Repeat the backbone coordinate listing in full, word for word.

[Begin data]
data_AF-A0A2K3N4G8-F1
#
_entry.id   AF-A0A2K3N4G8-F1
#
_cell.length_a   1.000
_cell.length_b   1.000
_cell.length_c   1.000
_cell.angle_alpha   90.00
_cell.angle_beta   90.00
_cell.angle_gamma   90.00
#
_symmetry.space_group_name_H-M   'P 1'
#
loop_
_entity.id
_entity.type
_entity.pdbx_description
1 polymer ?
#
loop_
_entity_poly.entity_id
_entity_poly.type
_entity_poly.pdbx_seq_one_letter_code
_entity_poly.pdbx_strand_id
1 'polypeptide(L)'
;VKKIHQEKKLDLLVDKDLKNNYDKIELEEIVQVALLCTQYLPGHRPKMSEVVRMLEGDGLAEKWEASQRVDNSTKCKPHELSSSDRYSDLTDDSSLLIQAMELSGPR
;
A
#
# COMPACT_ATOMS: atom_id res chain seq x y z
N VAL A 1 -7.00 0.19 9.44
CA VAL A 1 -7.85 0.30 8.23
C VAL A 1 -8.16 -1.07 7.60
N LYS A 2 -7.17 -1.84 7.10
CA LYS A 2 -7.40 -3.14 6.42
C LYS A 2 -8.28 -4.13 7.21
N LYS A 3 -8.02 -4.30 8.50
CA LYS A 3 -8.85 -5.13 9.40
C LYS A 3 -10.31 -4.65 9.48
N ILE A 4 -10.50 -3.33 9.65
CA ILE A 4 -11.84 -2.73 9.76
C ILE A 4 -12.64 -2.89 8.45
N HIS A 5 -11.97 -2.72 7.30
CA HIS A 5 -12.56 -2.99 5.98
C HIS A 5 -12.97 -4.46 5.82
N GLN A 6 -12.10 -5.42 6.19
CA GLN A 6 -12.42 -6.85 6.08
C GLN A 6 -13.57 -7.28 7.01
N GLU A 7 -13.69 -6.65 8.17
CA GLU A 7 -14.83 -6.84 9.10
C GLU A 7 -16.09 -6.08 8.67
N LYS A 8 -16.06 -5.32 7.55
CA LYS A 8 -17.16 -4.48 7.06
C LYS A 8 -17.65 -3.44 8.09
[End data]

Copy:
data_AF-A0A2K3N4G8-F1
#
_entry.id   AF-A0A2K3N4G8-F1
#
_cell.length_a   1.000
_cell.length_b   1.000
_cell.length_c   1.000
_cell.angle_alpha   90.00
_cell.angle_beta   90.00
_cell.angle_gamma   90.00
#
_symmetry.space_group_name_H-M   'P 1'
#
loop_
_entity.id
_entity.type
_entity.pdbx_description
1 polymer ?
#
loop_
_entity_poly.entity_id
_entity_poly.type
_entity_poly.pdbx_seq_one_letter_code
_entity_poly.pdbx_strand_id
1 'polypeptide(L)'
;VKKIHQEKKLDLLVDKDLKNNYDKIELEEIVQVALLCTQYLPGHRPKMSEVVRMLEGDGLAEKWEASQRVDNSTKCKPHELSSSDRYSDLTDDSSLLIQAMELSGPR
;
A
#
# COMPACT_ATOMS: atom_id res chain seq x y z
N VAL A 1 -7.00 0.19 9.44
CA VAL A 1 -7.85 0.30 8.23
C VAL A 1 -8.16 -1.07 7.60
N LYS A 2 -7.17 -1.84 7.10
CA LYS A 2 -7.40 -3.14 6.42
C LYS A 2 -8.28 -4.13 7.21
N LYS A 3 -8.02 -4.30 8.50
CA LYS A 3 -8.85 -5.13 9.40
C LYS A 3 -10.31 -4.65 9.48
N ILE A 4 -10.50 -3.33 9.65
CA ILE A 4 -11.84 -2.73 9.76
C ILE A 4 -12.64 -2.89 8.45
N HIS A 5 -11.97 -2.72 7.30
CA HIS A 5 -12.56 -2.99 5.98
C HIS A 5 -12.97 -4.46 5.82
N GLN A 6 -12.10 -5.42 6.19
CA GLN A 6 -12.42 -6.85 6.08
C GLN A 6 -13.57 -7.28 7.01
N GLU A 7 -13.69 -6.65 8.17
CA GLU A 7 -14.83 -6.84 9.10
C GLU A 7 -16.09 -6.08 8.67
N LYS A 8 -16.06 -5.32 7.55
CA LYS A 8 -17.16 -4.48 7.06
C LYS A 8 -17.65 -3.44 8.09